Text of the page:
With no end in sight to the partial government shutdown and a potential federal default on the horizon, it would seem that brinkmanship has become Washington’s normal way of doing business.
“We already went through this once back in 2011. And then at the end of last year, right after my election, we went through something similar with the so-called fiscal cliff,” President Obama complained at his news conference Tuesday. “At some point, we’ve got to kind of break these habits.”
One of the features of politics is that it often takes a deadline and the prospect of a calamity to force hard decisions. And at a time when the two parties are so far apart on pretty much everything, that is even more the case.
“It’s a sad fact, but I think democracies find it hard to do painful things unless it is in a crisis,” said Rudolph Penner, a senior fellow at the liberal Urban Institute who headed the Congressional Budget Office during the 1980s.
And Rahm Emanuel, the Chicago mayor who served as Obama’s first White House chief of staff, once famously remarked that “you never want a serious crisis to go to waste, and what I mean by that is, it is an opportunity to do things you think you could not do before.”
But the policymaking that results from situations of panic has a mixed record of success.
The series of eleventh-hour deals that have pulled the government from the brink in the past three years have done nothing to resolve the ideological and political differences that sparked them. Instead, they have merely put both sides on course for the next fiscal cliffhanger.
What’s missing, said Alex Brill, a research fellow at the conservative American Enterprise Institute, is that “there don’t seem to be enough options floating around in the middle to solve these problems. You have to have a bag of options.”
The Republicans’ initial demand — that Obama surrender the health-care law that stands as the chief achievement of his presidency — was guaranteed to fail. And it left both sides dug in.
Now, one question is whether the Republicans will find a way to take Obama up on his offer to resume negotiations over the nation’s long-term fiscal problems, but only if they reopen the government and lift the debt ceiling. Another is whether the sides would have anything to talk about if they do get a temporary reprieve.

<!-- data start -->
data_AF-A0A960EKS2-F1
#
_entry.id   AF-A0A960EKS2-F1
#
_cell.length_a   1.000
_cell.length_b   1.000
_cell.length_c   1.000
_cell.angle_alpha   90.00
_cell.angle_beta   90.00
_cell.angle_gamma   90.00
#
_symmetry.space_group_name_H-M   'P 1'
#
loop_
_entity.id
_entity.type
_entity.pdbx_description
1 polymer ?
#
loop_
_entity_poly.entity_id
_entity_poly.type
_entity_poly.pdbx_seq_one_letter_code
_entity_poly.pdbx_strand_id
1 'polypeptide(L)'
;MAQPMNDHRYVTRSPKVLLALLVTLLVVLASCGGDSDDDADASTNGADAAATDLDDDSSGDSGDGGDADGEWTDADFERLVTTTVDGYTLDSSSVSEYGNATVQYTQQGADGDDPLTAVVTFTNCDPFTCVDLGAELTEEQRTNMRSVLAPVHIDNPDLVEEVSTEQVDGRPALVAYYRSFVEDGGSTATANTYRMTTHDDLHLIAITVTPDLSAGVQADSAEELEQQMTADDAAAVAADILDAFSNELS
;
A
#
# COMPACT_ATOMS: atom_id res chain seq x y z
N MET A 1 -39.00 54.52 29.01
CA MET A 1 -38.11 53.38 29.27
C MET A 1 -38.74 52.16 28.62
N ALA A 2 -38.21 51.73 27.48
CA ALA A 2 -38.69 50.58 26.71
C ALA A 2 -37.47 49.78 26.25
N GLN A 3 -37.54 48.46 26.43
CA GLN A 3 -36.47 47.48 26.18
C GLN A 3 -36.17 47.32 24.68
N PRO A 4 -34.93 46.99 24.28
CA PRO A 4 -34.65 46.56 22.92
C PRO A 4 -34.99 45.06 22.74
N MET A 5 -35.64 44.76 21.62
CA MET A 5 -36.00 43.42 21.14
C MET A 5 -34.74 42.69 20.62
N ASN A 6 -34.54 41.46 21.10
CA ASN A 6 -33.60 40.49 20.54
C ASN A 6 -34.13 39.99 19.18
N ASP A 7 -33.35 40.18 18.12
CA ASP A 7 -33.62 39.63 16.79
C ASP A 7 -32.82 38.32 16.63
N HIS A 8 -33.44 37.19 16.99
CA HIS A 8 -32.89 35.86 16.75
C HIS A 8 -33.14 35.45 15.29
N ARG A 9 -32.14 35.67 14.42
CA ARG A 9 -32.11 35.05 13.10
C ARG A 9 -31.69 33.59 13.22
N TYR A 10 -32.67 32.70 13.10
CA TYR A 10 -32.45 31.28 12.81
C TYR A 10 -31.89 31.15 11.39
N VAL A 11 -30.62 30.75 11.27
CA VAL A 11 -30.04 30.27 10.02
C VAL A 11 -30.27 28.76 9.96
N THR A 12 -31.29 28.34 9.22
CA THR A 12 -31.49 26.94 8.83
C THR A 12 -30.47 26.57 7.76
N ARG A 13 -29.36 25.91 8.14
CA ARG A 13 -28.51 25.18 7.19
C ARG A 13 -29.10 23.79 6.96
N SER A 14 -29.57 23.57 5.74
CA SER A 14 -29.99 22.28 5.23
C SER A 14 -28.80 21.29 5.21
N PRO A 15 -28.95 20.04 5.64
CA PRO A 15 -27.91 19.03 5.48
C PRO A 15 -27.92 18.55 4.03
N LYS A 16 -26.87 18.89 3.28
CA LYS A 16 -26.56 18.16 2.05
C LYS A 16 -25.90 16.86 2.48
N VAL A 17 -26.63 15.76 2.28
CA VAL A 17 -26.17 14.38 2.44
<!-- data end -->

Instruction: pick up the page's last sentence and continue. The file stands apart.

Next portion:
“There’s going to be a negotiation here,” House Speaker John A. Boehner (R-Ohio) vowed Tuesday. “We can’t raise the debt ceiling without doing something about what’s driving us to borrow more money and to live beyond our means.”
But as Obama noted, Boehner is making that demand at a time when the deficit is falling and Democrats have already agreed to set spending at a level demanded by the Republicans.
“We can’t afford these manufactured crises every few months,” the president said. “This one isn’t even about deficits or spending or budgets. . . . The way we got to this point was one thing and one thing only, and that was Republican obsession with dismantling the Affordable Care Act and denying health care to millions of people. That law, ironically, is moving forward.”
All of which, Penner said, lends an artificiality to the debt-limit deadline, if what the GOP wants is a deal to avert the longer-term fiscal threats posed by the increase in entitlement spending expected as baby boomers move into retirement.
“My fearless forecast is we will need a real crisis before we get serious about Social Security and Medicare,” Penner added.
Washington veterans often point to the 1983 compromise that rescued the Social Security trust fund from insolvency as an model of how the two parties can come together when they are up against a wall.
Democrats, led by Speaker Thomas P. “Tip” O’Neill Jr. (D-Mass.), agreed to benefit reductions, including lifting the age of eligibility. President Ronald Reagan and the Republicans acceded to tax increases. Both sides leaned heavily on the recommendations of a commission led by future Federal Reserve chairman Alan Greenspan.
“The essence of bipartisanship is to give up a little to get a lot,” Reagan said when he signed the bill in April of that year, less than three months before the trust fund was expected to run out of money. “I think we’ve got a great deal.”
Later in that decade, Reagan and the Democrats again found themselves on the brink — then, as now, in a negotiation over whether to lift the debt ceiling, and one that echoes in the current situation.
Deficits in 1985 had reached the then-astounding level of more than $200 billion a year, so the Republicans and a few conservative Democrats insisted upon attaching automatic spending restraints as a condition of extending the nation’s borrowing authority.
The Gramm-Rudman Act was the first time many Americans had ever heard of a “sequester.” But unlike now, Congress and the president backed down from actually putting those automatic cuts into effect.
Ultimately, Gramm-Rudman was repealed and replaced by the Budget Enforcement Act of 1990 — which actually worked better at bringing spending under control, thanks to its pay-as-you-go requirement. It stayed in effect through the 1990s, when surpluses grew to the point that those austerity measures were deemed unnecessary.